With constant news on the pandemic, closures and cancellations, along with constant messaging on how to avoid infection, to say this situation is overwhelming is an understatement. In fact, Dr. Marcia Slattery, UW Health Professor of Child/Adolescent Psychiatry and Pediatrics, and Director of the UW Anxiety Disorders Program, finds that the Coronavirus has created high levels of anxiety and stress for not just adults but for kids too. “It is out of the norm for everyone. The whole situation unfolded so quickly, leaving many people feeling shocked and in uncharted territory.”
Chronic headaches in children are common and only very rarely signal a more serious problem.
But for worried parents – concerned about managing their child’s pain and ensuring they can still participate in school and normal daily activities – dealing with it all can be… well, a big headache.
It’s often difficult to pinpoint a single cause, but most chronic headaches in kids can be tied back to some key triggers, says Cassie Meffert, a physician assistant in UW Health’s Pediatric Neurology Headache Clinic.
Stress is a normal and inevitable component of our lives. A little stress can be positive. It helps us prepare for things like a big exam or an upcoming interview. However, teenagers are under increasing amounts of negative stress today with issues such as gun violence at school and cyber bullying on the rise. The National Survey of Children’s Exposure to Violence indicated that 60 percent of children have been exposed to violence either directly or indirectly in the past year.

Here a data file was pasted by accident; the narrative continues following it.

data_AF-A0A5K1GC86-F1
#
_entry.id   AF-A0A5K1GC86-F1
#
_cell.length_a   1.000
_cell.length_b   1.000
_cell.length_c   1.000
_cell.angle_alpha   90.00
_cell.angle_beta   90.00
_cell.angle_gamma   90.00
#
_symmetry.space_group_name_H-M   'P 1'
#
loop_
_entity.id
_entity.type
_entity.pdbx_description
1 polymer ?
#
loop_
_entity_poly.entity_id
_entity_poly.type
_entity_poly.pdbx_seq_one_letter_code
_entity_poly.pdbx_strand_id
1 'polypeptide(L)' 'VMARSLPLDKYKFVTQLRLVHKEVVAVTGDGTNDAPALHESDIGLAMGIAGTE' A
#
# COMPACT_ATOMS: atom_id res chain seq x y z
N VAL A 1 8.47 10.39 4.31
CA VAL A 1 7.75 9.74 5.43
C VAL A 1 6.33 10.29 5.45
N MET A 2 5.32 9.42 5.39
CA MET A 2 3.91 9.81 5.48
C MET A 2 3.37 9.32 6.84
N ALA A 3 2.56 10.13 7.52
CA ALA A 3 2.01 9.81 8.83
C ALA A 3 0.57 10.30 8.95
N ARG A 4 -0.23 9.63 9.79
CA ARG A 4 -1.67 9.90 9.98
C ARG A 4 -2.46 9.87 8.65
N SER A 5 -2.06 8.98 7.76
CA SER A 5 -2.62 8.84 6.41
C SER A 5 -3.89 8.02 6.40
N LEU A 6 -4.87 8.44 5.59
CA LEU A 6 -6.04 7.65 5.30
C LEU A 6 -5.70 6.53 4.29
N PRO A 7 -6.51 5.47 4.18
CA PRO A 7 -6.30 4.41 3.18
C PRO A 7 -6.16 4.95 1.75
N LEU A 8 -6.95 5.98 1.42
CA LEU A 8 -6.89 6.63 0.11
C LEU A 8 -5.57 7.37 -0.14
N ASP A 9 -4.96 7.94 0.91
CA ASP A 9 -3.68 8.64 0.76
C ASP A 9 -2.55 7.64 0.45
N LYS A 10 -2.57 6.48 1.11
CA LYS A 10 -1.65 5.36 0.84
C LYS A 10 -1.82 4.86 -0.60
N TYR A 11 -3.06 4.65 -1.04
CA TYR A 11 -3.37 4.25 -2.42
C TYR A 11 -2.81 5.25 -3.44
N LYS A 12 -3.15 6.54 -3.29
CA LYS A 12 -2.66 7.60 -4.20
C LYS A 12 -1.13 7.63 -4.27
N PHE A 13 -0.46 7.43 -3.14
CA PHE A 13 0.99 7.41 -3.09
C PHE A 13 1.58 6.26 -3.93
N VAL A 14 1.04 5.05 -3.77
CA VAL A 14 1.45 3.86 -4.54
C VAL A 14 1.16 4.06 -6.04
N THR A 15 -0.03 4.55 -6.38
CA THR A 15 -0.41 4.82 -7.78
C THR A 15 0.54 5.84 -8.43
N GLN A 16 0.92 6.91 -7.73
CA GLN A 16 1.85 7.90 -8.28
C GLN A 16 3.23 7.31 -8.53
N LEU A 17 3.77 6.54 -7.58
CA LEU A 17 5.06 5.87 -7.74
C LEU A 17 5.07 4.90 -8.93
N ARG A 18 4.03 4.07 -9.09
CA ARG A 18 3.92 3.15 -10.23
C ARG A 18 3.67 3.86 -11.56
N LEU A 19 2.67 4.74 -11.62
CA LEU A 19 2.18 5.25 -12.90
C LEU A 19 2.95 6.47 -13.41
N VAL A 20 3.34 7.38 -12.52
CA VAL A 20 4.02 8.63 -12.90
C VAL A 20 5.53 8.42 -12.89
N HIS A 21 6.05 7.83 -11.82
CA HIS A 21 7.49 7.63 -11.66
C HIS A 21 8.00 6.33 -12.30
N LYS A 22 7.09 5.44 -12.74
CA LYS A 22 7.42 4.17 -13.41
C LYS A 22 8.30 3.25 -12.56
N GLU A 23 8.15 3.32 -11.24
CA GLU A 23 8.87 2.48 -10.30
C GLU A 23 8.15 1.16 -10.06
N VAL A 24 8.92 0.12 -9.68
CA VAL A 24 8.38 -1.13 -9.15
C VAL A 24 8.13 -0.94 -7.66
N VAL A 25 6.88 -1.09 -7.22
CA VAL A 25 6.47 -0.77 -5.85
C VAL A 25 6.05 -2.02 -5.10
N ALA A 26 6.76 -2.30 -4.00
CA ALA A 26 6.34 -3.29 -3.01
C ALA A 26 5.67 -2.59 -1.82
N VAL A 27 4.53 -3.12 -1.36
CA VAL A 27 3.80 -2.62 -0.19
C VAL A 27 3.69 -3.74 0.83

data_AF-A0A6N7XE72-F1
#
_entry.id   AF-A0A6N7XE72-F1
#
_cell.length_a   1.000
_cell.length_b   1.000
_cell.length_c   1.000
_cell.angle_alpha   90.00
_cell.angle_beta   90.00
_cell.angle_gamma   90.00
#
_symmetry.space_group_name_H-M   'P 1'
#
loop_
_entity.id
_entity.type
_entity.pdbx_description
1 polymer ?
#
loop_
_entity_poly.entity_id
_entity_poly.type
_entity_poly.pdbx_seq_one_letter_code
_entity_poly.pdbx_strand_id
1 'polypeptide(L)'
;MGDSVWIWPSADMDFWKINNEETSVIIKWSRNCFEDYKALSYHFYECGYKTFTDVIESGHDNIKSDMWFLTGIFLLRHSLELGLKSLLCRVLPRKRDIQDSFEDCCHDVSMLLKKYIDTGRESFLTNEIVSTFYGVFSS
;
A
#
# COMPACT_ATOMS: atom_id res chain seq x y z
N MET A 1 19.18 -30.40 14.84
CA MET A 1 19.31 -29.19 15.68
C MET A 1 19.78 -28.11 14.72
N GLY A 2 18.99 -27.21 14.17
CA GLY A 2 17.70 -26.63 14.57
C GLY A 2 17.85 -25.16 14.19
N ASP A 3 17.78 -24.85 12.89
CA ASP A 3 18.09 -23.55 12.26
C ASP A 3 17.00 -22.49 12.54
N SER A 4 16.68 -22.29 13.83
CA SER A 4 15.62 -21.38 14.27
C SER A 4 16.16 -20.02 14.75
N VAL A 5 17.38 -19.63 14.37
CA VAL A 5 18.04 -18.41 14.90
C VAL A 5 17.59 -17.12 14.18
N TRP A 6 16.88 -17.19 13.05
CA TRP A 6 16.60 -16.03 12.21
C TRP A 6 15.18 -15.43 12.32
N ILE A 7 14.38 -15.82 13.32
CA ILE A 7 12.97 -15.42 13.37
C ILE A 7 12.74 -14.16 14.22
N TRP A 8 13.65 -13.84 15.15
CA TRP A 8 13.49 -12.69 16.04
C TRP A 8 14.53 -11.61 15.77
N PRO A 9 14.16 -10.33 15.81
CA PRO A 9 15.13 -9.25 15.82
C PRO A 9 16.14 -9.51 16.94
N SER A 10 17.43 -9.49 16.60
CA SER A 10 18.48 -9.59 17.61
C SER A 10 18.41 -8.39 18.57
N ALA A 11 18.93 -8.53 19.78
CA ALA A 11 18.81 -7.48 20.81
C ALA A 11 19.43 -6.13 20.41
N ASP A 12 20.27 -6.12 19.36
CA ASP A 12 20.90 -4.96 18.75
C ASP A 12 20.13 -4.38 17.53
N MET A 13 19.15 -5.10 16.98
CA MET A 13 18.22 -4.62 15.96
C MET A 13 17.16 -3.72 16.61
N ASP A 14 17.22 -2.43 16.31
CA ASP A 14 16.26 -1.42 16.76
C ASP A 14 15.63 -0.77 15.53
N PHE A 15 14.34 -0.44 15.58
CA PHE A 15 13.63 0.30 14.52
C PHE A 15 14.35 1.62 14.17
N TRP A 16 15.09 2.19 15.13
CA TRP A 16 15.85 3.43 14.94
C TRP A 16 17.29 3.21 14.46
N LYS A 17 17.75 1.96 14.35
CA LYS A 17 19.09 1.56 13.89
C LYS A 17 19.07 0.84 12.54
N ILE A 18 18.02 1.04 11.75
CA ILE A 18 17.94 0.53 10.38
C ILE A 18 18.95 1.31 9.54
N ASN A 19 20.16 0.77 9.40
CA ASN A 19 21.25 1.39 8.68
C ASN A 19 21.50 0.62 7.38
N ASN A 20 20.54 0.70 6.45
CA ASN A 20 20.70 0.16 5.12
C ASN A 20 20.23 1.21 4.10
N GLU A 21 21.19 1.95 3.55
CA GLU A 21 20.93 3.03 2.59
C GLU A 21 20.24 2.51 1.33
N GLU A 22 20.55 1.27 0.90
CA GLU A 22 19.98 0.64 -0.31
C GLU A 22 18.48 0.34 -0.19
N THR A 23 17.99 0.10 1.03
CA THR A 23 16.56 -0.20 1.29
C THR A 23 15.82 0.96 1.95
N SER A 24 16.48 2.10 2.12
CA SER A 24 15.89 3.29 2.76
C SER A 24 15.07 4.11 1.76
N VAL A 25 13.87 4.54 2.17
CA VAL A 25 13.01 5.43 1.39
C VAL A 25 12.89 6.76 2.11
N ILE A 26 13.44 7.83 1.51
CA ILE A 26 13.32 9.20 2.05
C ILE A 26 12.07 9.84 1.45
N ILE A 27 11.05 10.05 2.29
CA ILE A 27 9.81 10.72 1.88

Many parents may have experienced the challenges of getting kids to turn off electronic devices when time is up, and for some families it can even turn into a struggle with kids refusing to stop. Dr. Marcia Slattery, UW Health child and adolescent psychiatrist and director of the UW Anxiety and Stress Disorders Program, sees many families for whom screen time has become a “battle.”
Stress. Stress has propelled me through all-night cramming sessions, helped me to create 20-page midterm papers out of nowhere, caused me to miss the game winning goal, made me actually puke when speaking in front of a crowd of people, and propelled me to get off the couch and start taking control of my life. Stress is powerful. It has helped me to do some of my greatest work and yet it is something that at times has made me feel powerless, scared, and incapable of action. Stress is something that I have spent the last 20 years trying to manage and maintain in its most healthy and balanced form. So, I thought I would blog a little about stress: what it is, why we have it, how to best manage it without letting it get the best of you, and how to shake it off.